-- http://thewoodknack.blogspot.com/

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oldnovice

5729 posts in 2831 days


#9 posted 05-18-2016 04:19 PM

How about touch screen devices Rick?
When I was at UW, a few years ago to be sure, we made a touch panel on the glass door on a trophy case because we we not allowed to add external push buttons for a student demonstration.
Touch sensing technology has been around for many years!

-- "I never met a board I didn't like!"

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DrDirt

4169 posts in 3206 days


#10 posted 05-18-2016 05:54 PM


Next up, SS sues touch lamps.

- Rick M.


That may be how Bosch wins… if a Judge decides that flesh sensing (however embodied) is an invalid patent, because the application of technology already existed.

The first judge ruled that the case would be decided on a “basic English” knowledge. So how a ‘shop person would interpret the language, rather than how a lawyer would twist what words mean (depends what the definition of ‘is’ is)
http://www.woodworkingnetwork.com/news/woodworking-industry-news/sawstop-patent-trade-case-against-bosch-wins-procedural-ruling


In effect, the ruling means that words used to explain the patents in dispute will be interpreted as a worker in a typical manufacturing operation might understand them, and not, as Bosch’s lawyers asked, the “plain English meaning” of the words – an advantage to SawStop’s case, according to analysts Eric Schweibenz and Tom Yebernetsky at IT337 LawBlog.com.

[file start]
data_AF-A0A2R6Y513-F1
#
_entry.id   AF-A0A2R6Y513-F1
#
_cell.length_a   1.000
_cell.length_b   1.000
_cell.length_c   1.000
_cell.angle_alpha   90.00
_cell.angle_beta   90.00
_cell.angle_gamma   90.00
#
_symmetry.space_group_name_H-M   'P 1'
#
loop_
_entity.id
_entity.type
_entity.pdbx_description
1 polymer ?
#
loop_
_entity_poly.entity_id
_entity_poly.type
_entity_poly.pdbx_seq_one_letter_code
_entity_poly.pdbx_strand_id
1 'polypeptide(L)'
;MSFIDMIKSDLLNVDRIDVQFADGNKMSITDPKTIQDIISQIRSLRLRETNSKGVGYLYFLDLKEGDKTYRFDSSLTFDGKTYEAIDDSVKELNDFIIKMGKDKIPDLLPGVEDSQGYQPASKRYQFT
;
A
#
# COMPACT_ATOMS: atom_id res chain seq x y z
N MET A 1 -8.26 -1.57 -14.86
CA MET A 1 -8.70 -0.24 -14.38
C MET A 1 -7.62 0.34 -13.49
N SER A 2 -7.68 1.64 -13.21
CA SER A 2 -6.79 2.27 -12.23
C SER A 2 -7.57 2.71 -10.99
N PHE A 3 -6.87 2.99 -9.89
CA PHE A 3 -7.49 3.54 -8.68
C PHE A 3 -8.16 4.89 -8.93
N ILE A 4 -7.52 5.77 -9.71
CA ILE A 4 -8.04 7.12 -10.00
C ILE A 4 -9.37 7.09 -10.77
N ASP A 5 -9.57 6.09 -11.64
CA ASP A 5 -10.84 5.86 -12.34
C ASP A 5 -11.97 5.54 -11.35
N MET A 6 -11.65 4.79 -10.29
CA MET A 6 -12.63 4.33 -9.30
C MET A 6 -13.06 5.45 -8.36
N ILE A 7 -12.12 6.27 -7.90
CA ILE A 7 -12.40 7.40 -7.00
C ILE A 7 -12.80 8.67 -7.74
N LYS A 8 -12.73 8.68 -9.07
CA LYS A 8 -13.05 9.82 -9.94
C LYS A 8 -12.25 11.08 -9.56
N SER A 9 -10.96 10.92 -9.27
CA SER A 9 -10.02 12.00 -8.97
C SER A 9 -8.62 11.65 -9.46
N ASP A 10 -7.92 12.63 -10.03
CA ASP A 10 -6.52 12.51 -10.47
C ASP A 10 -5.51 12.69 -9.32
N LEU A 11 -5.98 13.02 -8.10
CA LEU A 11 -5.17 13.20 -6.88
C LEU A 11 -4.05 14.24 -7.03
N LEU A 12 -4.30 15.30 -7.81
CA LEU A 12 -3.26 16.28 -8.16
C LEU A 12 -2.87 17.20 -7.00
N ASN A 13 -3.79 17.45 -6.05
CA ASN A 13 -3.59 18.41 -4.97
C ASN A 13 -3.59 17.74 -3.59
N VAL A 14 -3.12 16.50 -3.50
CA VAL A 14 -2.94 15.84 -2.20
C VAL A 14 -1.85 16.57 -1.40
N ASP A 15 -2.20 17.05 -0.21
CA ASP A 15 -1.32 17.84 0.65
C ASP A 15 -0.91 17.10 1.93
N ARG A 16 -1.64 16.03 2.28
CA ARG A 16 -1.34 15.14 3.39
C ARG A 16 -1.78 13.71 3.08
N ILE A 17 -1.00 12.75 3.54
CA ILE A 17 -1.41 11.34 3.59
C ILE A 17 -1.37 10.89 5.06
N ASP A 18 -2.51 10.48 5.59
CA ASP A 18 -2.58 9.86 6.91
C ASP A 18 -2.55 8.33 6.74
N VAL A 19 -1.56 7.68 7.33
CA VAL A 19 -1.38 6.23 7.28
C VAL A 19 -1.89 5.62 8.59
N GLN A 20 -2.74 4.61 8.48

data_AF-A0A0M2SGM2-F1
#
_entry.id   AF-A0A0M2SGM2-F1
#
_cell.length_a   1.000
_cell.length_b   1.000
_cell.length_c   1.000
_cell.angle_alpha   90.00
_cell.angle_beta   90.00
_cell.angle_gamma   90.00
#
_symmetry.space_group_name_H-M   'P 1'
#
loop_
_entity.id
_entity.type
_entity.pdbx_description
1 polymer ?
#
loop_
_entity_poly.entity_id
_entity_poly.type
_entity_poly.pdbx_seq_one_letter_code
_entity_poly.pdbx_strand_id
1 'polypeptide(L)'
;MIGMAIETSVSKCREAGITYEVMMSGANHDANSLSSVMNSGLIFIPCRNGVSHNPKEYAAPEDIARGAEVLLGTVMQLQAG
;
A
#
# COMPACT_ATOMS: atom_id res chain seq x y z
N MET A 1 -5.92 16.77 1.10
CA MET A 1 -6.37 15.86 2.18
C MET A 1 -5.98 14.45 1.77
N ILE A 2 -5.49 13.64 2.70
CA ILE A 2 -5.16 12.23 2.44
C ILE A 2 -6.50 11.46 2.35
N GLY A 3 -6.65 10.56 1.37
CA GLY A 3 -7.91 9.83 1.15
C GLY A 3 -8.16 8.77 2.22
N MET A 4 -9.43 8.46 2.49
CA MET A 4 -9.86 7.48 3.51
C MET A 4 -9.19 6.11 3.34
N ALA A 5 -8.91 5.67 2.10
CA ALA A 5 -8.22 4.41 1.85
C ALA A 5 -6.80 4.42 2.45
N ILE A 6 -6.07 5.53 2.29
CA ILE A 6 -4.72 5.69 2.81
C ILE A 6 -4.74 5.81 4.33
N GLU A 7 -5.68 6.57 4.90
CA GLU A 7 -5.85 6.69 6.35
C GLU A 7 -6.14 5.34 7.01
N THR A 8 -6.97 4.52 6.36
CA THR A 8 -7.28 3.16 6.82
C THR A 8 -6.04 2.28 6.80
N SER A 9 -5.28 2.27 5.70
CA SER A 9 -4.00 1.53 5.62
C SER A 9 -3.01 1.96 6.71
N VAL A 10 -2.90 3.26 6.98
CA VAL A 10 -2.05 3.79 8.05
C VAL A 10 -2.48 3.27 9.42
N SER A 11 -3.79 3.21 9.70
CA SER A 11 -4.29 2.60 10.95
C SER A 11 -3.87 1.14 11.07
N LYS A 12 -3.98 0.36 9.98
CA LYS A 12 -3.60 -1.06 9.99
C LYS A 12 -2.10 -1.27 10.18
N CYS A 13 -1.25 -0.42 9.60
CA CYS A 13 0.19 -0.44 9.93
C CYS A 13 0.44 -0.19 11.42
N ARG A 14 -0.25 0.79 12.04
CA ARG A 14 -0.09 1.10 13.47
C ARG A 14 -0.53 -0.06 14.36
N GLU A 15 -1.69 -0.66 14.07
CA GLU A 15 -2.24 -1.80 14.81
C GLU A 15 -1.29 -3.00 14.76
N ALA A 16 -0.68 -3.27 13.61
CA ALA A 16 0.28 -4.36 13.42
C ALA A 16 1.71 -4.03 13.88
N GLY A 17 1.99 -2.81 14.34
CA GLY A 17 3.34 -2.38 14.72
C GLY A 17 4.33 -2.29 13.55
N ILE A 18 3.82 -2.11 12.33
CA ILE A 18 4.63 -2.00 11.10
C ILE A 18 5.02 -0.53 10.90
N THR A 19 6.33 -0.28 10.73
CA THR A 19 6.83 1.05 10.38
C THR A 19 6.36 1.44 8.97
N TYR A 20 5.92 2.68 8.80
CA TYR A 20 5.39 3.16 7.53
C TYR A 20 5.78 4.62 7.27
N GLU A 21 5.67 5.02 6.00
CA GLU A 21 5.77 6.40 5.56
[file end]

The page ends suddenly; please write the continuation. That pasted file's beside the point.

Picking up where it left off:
Whatever that will really mean.

-- 'Political correctness is fascism pretending to be manners' ~George Carlin

View CharlesA's profile

CharlesA

3022 posts in 1261 days


#11 posted 05-18-2016 06:47 PM

This has been hashed out in many previous threads:

http://lumberjocks.com/search_results?cx=017914489645407774653%3Agwwk-zif3wk&cof=FORID%3A9&safe=high&q=sawstop+bosch+suit&sa.x=0&sa.y=0

-- "Man is the only animal which devours his own, for I can apply no milder term to the general prey of the rich on the poor." ~Thomas Jefferson

View Joe Lyddon's profile

Joe Lyddon

9438 posts in 3516 days


#12 posted 05-19-2016 12:01 AM

This article was dated March 17, 2016… I assumed there was a little something New in it… (?)

-- Have Fun! Joe Lyddon - Alta Loma, CA USA - Home: http://www.WoodworkStuff.net ... My Small Gallery: http://www.ncwoodworker.net/pp/showgallery.php?ppuser=1389&cat=500"

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johnstoneb

2143 posts in 1636 days


#13 posted 05-19-2016 01:27 AM

Nothing really new in it except a court date.

-- Bruce, Boise, ID

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LoneRider

27 posts in 3135 days


#14 posted 05-20-2016 03:36 AM

Flesh sensing technology, that is amusing.

Capacitive/inductive touch sensing has been around for a very long time. As a previous commentator mention touch lamps. About the only thing of interest could be in electrically isolating the arbor from the trundle. It would be interesting to see the claims of the case though.

-- Tom - Canadian in N. Texas

View Joe Lyddon's profile

Joe Lyddon

9438 posts in 3516 days


#15 posted 05-21-2016 12:35 AM

Yes… and when it comes to Electronics, it’s very easy to develop your own circuits to do what you want…
... making it easy to NOT infringe on Copyrights / Patents…

I think Bosch will WIN this battle… at least, I hope they do…

-- Have Fun! Joe Lyddon - Alta Loma, CA USA - Home: http://www.WoodworkStuff.net ... My Small Gallery: http://www.ncwoodworker.net/pp/showgallery.php?ppuser=1389&cat=500"